Fiscal conservative, social liberal here.
Jason Rubenstein

I think a core part of the extreme reactions here is that a lot of people who might be otherwise open to reason-based issues (informed criticism of Obamacare, unsustainable economic policies, etc) associate all conservatism with the red-meat social issues that conservative politicians use to drive bigoted constituents to the polls. When I think of conservatives, the first thing that comes to my mind are religious hooligans who hate my gay friends, want a theocracy, and don’t believe the environment is a finite resource—not rational people who may have good points on matters of the economy or national security.

There is a noisy irrationality that’s taking hold on both sides. I’m increasingly unsettled by the violence and dogmatic mindsets that I’m noticing on the left; I see an alt-left brewing out there that is as ugly and savage as the one on the right.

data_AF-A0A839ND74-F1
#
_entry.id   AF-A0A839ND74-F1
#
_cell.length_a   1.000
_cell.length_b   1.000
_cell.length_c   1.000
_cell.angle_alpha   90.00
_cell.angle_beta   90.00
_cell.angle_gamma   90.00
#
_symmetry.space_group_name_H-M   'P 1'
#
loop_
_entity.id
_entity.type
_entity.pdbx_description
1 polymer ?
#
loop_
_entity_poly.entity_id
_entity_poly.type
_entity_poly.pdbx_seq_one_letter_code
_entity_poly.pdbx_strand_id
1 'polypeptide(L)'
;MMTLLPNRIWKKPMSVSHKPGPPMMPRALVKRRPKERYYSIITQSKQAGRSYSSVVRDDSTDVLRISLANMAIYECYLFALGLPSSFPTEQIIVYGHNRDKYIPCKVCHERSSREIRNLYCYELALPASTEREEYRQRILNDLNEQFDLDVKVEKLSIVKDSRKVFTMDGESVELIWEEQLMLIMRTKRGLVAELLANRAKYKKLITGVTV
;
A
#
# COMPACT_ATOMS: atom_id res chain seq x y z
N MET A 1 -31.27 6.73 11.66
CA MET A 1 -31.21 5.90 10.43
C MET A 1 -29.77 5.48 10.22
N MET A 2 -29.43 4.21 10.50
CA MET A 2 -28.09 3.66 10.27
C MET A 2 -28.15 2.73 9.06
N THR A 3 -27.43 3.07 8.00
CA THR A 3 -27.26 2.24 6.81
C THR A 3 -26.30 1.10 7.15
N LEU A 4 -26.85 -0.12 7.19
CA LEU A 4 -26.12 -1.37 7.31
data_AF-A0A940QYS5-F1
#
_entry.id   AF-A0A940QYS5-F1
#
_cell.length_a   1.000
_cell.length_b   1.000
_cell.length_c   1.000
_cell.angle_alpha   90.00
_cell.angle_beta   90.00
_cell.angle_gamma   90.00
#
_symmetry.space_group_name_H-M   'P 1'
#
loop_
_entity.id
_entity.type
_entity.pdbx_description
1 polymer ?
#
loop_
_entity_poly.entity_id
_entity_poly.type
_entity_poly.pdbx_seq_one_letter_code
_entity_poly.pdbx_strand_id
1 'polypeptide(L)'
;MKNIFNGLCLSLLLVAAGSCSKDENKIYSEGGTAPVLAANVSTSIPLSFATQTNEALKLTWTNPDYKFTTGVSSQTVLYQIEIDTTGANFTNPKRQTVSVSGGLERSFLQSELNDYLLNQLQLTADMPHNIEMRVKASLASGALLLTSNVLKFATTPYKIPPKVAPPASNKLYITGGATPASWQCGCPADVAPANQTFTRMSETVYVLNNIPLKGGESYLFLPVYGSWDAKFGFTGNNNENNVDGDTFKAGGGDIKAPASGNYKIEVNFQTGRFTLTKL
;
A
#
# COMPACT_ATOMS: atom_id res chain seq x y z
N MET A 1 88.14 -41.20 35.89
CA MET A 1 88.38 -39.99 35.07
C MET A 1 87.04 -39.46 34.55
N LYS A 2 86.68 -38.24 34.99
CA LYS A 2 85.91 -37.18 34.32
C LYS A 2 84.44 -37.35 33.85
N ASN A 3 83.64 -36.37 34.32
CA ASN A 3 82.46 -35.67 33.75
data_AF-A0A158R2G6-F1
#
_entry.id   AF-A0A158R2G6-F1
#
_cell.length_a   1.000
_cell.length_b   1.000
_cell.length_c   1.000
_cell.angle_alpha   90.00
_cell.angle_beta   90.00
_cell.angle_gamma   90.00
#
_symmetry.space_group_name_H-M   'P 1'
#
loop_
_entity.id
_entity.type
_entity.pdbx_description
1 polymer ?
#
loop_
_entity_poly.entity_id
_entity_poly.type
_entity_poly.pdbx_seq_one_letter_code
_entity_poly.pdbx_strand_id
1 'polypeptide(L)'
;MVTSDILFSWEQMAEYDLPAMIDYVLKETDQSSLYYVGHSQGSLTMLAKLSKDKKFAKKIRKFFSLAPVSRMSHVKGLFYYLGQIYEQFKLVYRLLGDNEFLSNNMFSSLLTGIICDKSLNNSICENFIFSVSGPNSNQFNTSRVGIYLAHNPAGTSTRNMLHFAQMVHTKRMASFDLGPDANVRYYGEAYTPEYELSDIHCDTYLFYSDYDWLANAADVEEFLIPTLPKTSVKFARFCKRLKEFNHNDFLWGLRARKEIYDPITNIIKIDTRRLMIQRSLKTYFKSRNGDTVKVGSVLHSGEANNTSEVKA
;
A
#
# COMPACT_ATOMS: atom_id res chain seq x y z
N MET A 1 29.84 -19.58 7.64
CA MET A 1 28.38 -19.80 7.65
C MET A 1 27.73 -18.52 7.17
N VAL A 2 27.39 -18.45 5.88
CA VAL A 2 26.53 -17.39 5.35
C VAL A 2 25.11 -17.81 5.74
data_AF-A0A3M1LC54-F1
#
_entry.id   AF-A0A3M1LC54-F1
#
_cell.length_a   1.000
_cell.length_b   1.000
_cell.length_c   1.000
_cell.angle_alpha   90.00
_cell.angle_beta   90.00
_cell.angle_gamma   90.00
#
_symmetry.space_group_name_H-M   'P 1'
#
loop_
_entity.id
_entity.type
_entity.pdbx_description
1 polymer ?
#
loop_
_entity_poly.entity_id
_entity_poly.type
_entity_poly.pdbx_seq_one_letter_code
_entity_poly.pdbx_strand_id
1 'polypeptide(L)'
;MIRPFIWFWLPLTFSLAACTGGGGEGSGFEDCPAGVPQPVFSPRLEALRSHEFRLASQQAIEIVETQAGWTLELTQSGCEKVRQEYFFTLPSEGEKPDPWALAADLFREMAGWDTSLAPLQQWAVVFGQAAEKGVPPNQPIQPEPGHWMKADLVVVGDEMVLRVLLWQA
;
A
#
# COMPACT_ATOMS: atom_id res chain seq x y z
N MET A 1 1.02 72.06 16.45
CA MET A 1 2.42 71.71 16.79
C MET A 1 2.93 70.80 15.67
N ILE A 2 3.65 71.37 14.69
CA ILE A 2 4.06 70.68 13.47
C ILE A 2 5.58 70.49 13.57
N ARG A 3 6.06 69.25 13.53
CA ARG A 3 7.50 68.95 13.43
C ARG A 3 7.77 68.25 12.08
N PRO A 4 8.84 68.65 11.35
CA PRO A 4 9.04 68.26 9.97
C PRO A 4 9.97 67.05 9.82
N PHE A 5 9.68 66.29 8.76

What enables this insanity is the sense of obligation we feel to bless and justify the radicality of our wilder fellow travelers. We feel obligated to respect people for voting, even if they voted for someone useless or downright horrible. We feel obligated to respect people for speaking their minds, even if they’re shouting other people down. We feel obligated to respect people for bringing their issues to the streets, even if that means widespread social unrest and violence. We’re told, over and over again, that it’s the thought that counts; that the expression of views is a sacrosanct act of freedom that can never be judged, no matter how viciously or destructively it’s done.

And there’s a point at which the adults in the room need to shut that down. We need to recognize that radicality, while perhaps satisfying, almost never really helps a cause. We need to say to the people who are doing this stuff: “You may be acting on behalf of ideas we both generally agree with, but right now, you are an embarrassment to both of us, and a discredit to our values.”

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